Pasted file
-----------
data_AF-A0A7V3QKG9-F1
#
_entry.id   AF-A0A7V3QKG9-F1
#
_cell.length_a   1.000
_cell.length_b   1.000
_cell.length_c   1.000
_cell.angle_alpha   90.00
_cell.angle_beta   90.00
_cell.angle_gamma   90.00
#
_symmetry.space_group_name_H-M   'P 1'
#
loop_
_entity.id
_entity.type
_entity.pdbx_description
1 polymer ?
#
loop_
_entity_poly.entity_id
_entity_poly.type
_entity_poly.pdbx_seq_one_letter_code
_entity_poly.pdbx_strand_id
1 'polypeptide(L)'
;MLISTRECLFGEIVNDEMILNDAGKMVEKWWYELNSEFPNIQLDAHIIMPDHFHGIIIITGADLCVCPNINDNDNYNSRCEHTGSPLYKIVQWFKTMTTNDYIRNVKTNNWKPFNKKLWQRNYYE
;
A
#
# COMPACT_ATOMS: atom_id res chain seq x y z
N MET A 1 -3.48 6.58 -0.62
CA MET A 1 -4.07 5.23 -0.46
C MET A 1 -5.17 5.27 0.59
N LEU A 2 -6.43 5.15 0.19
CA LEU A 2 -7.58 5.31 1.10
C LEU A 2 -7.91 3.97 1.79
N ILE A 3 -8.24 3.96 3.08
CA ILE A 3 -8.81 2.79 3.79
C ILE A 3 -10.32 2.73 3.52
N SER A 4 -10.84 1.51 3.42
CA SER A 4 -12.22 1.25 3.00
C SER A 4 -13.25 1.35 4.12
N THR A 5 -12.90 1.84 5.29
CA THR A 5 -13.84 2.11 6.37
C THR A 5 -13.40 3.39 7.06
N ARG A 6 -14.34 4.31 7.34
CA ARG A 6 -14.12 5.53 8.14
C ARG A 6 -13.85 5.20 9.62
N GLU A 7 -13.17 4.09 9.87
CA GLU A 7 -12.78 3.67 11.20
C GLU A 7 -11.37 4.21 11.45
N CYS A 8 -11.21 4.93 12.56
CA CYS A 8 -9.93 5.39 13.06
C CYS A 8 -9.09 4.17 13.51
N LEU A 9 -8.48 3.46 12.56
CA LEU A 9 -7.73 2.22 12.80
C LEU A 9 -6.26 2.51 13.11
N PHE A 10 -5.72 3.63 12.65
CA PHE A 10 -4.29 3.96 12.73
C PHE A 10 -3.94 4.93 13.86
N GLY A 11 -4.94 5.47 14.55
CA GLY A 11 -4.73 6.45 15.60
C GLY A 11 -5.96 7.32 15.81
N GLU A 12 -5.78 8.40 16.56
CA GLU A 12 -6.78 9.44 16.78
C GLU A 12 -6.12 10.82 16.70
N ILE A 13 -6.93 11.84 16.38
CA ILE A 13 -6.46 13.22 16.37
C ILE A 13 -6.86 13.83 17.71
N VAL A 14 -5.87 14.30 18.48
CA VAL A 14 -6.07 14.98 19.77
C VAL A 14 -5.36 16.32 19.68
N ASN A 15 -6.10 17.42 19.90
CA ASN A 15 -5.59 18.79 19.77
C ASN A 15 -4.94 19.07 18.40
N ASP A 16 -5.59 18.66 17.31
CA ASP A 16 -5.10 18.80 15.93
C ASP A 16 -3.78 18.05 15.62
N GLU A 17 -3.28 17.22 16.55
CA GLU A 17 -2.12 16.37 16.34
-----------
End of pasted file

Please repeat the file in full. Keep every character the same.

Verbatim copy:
data_AF-A0A7V3QKG9-F1
#
_entry.id   AF-A0A7V3QKG9-F1
#
_cell.length_a   1.000
_cell.length_b   1.000
_cell.length_c   1.000
_cell.angle_alpha   90.00
_cell.angle_beta   90.00
_cell.angle_gamma   90.00
#
_symmetry.space_group_name_H-M   'P 1'
#
loop_
_entity.id
_entity.type
_entity.pdbx_description
1 polymer ?
#
loop_
_entity_poly.entity_id
_entity_poly.type
_entity_poly.pdbx_seq_one_letter_code
_entity_poly.pdbx_strand_id
1 'polypeptide(L)'
;MLISTRECLFGEIVNDEMILNDAGKMVEKWWYELNSEFPNIQLDAHIIMPDHFHGIIIITGADLCVCPNINDNDNYNSRCEHTGSPLYKIVQWFKTMTTNDYIRNVKTNNWKPFNKKLWQRNYYE
;
A
#
# COMPACT_ATOMS: atom_id res chain seq x y z
N MET A 1 -3.48 6.58 -0.62
CA MET A 1 -4.07 5.23 -0.46
C MET A 1 -5.17 5.27 0.59
N LEU A 2 -6.43 5.15 0.19
CA LEU A 2 -7.58 5.31 1.10
C LEU A 2 -7.91 3.97 1.79
N ILE A 3 -8.24 3.96 3.08
CA ILE A 3 -8.81 2.79 3.79
C ILE A 3 -10.32 2.73 3.52
N SER A 4 -10.84 1.51 3.42
CA SER A 4 -12.22 1.25 3.00
C SER A 4 -13.25 1.35 4.12
N THR A 5 -12.90 1.84 5.29
CA THR A 5 -13.84 2.11 6.37
C THR A 5 -13.40 3.39 7.06
N ARG A 6 -14.34 4.31 7.34
CA ARG A 6 -14.12 5.53 8.14
C ARG A 6 -13.85 5.20 9.62
N GLU A 7 -13.17 4.09 9.87
CA GLU A 7 -12.78 3.67 11.20
C GLU A 7 -11.37 4.21 11.45
N CYS A 8 -11.21 4.93 12.56
CA CYS A 8 -9.93 5.39 13.06
C CYS A 8 -9.09 4.17 13.51
N LEU A 9 -8.48 3.46 12.56
CA LEU A 9 -7.73 2.22 12.80
C LEU A 9 -6.26 2.51 13.11
N PHE A 10 -5.72 3.63 12.65
CA PHE A 10 -4.29 3.96 12.73
C PHE A 10 -3.94 4.93 13.86
N GLY A 11 -4.94 5.47 14.55
CA GLY A 11 -4.73 6.45 15.60
C GLY A 11 -5.96 7.32 15.81
N GLU A 12 -5.78 8.40 16.56
CA GLU A 12 -6.78 9.44 16.78
C GLU A 12 -6.12 10.82 16.70
N ILE A 13 -6.93 11.84 16.38
CA ILE A 13 -6.46 13.22 16.37
C ILE A 13 -6.86 13.83 17.71
N VAL A 14 -5.87 14.30 18.48
CA VAL A 14 -6.07 14.98 19.77
C VAL A 14 -5.36 16.32 19.68
N ASN A 15 -6.10 17.42 19.90
CA ASN A 15 -5.59 18.79 19.77
C ASN A 15 -4.94 19.07 18.40
N ASP A 16 -5.59 18.66 17.31
CA ASP A 16 -5.10 18.80 15.93
C ASP A 16 -3.78 18.05 15.62
N GLU A 17 -3.28 17.22 16.55
CA GLU A 17 -2.12 16.37 16.34